Video:How to Test for Ammonia in Freshwater Aquariumswith Dan Thornton
Ammonia in your freshwater aquarium tank can be deadly to your fish, which is why testing the water is important. Watch this how-to video from About.com on how to test for ammonia in your home aquarium.See Transcript
Transcript:How to Test for Ammonia in Freshwater Aquariums
Hi, I am Dan Thornton, owner of Reef Encounters in Erie, Colorado and I am here today for About.com to talk about how to test for ammonia in fresh water aquariums.
Two Forms of Ammonia in Freshwater Tanks
Ammonia is going to exist in your aquarium in two forms, ammonia, or the unionized ammonia, and it is the unionized ammonia that is really the most dangerous. The shift between the two can go back an forth. The total ammonia can be more of either one, and the shift is mainly affected by the alkalinity of your aquariums. Tanks that are more acidic tend to tolerate higher ammonia levels than tanks that are more alkaline.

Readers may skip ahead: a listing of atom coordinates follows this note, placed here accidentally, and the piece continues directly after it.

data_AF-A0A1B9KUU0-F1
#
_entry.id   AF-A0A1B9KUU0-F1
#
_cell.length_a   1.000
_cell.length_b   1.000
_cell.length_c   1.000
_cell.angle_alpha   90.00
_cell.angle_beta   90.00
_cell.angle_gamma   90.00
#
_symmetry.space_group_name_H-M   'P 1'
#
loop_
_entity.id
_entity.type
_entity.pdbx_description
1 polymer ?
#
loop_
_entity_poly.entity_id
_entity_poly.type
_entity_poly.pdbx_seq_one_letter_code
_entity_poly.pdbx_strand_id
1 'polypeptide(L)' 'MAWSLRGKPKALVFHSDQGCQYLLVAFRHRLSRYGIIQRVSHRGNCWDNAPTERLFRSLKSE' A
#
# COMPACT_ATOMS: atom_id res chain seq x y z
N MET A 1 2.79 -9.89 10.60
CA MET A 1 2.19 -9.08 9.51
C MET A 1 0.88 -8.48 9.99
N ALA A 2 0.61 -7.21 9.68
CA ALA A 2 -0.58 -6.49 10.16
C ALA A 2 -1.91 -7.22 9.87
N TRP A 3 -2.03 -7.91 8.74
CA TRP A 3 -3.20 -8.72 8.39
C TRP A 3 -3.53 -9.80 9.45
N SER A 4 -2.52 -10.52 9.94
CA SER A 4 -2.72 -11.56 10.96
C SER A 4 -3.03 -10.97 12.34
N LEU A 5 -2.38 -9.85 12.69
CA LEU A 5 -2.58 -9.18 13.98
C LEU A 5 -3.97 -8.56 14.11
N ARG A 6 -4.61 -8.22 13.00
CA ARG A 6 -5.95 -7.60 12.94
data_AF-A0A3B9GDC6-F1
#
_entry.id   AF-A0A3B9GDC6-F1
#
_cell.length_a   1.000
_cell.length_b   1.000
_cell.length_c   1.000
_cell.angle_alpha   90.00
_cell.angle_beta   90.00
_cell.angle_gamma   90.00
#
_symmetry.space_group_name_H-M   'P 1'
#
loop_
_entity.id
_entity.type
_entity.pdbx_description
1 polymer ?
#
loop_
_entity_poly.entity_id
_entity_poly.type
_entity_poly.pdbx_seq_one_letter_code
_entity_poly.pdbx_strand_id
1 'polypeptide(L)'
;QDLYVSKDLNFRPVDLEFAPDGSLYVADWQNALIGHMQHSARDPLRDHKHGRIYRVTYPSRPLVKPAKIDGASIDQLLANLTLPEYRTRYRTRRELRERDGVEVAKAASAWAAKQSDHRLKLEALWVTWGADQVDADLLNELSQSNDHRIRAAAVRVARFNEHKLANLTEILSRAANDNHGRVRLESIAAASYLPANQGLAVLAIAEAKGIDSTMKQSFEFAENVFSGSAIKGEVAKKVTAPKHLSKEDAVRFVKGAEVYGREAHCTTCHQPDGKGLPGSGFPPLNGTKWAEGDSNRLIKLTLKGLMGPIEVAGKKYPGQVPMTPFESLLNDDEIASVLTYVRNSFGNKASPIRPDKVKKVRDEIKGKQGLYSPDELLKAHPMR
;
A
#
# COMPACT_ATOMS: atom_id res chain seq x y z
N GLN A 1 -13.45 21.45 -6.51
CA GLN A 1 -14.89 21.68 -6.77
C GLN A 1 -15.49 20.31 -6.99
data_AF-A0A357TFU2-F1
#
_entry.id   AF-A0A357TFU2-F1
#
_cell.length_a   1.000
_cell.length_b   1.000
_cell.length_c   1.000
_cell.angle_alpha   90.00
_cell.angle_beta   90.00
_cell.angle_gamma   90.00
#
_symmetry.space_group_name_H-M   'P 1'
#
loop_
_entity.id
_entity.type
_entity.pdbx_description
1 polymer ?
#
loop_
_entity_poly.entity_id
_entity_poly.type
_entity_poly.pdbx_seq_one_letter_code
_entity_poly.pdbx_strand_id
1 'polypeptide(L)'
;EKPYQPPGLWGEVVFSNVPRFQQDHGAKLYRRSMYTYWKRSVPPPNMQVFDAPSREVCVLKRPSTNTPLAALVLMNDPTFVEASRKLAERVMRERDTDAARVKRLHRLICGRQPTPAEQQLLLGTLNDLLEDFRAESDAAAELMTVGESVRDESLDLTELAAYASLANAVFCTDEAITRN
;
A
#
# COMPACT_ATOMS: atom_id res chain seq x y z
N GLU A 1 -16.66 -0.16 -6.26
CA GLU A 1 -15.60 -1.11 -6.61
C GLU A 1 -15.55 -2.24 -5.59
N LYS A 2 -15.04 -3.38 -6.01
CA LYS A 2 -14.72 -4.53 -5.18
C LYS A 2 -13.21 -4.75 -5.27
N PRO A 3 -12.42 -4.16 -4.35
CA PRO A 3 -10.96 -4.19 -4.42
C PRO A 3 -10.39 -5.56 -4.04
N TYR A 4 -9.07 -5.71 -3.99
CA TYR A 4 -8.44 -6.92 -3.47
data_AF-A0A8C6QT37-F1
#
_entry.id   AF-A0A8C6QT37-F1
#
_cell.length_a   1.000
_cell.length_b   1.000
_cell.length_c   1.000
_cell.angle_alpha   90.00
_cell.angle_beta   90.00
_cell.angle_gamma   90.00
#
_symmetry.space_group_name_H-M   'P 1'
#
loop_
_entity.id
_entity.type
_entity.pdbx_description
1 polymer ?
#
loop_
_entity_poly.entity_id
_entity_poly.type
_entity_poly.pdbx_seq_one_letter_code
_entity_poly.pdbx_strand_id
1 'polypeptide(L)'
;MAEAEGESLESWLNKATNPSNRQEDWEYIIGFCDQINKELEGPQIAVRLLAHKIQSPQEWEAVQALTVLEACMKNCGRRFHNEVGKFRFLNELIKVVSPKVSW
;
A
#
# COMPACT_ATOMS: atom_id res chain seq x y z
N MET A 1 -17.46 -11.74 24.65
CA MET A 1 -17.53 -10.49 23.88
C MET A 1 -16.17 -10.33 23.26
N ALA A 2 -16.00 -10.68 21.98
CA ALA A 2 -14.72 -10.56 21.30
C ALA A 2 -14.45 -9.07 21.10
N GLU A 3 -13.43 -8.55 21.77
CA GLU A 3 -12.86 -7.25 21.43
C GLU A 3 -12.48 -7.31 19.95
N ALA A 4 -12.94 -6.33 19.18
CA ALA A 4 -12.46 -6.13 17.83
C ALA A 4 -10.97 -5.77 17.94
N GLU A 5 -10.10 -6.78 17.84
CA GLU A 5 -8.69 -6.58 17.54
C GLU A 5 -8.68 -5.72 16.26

Testing for Ammonia in Freshwater Aquariums
Your test kit that you get, is only going to test for the total amount of ammonia. An aquarium that is established should not have any ammonia from a regular aquarium test kit. Sometimes, if you have just fed a lot of food you should see a tiny amount, but it should be gone within an hour, or two. Ammonia generally affects fish by damaging their gills in fresh water aquariums. It can cause death very quickly, and sometimes with fresh water fish, it does a small amount of damage, and they might not die overnight, or that day, but you may start to lose fish a couple of weeks later. Generally you are only going to see ammonia when you are first starting up your tank, or when you are trying to cycle your aquarium.
There are several different types of ammonia test kits, you have to read the instructions because each test kit is a little bit different. There is some that you use a dip stick that you dip inside the aquarium water. There is some that you use a test tube with a dip stick, some that you use a test tube with drops. With this one you have to shake the test tube though for a full minute. No ammonia. This was an established tank, so we won't see that. It's a good idea to keep track of your tests and keep a little log book.
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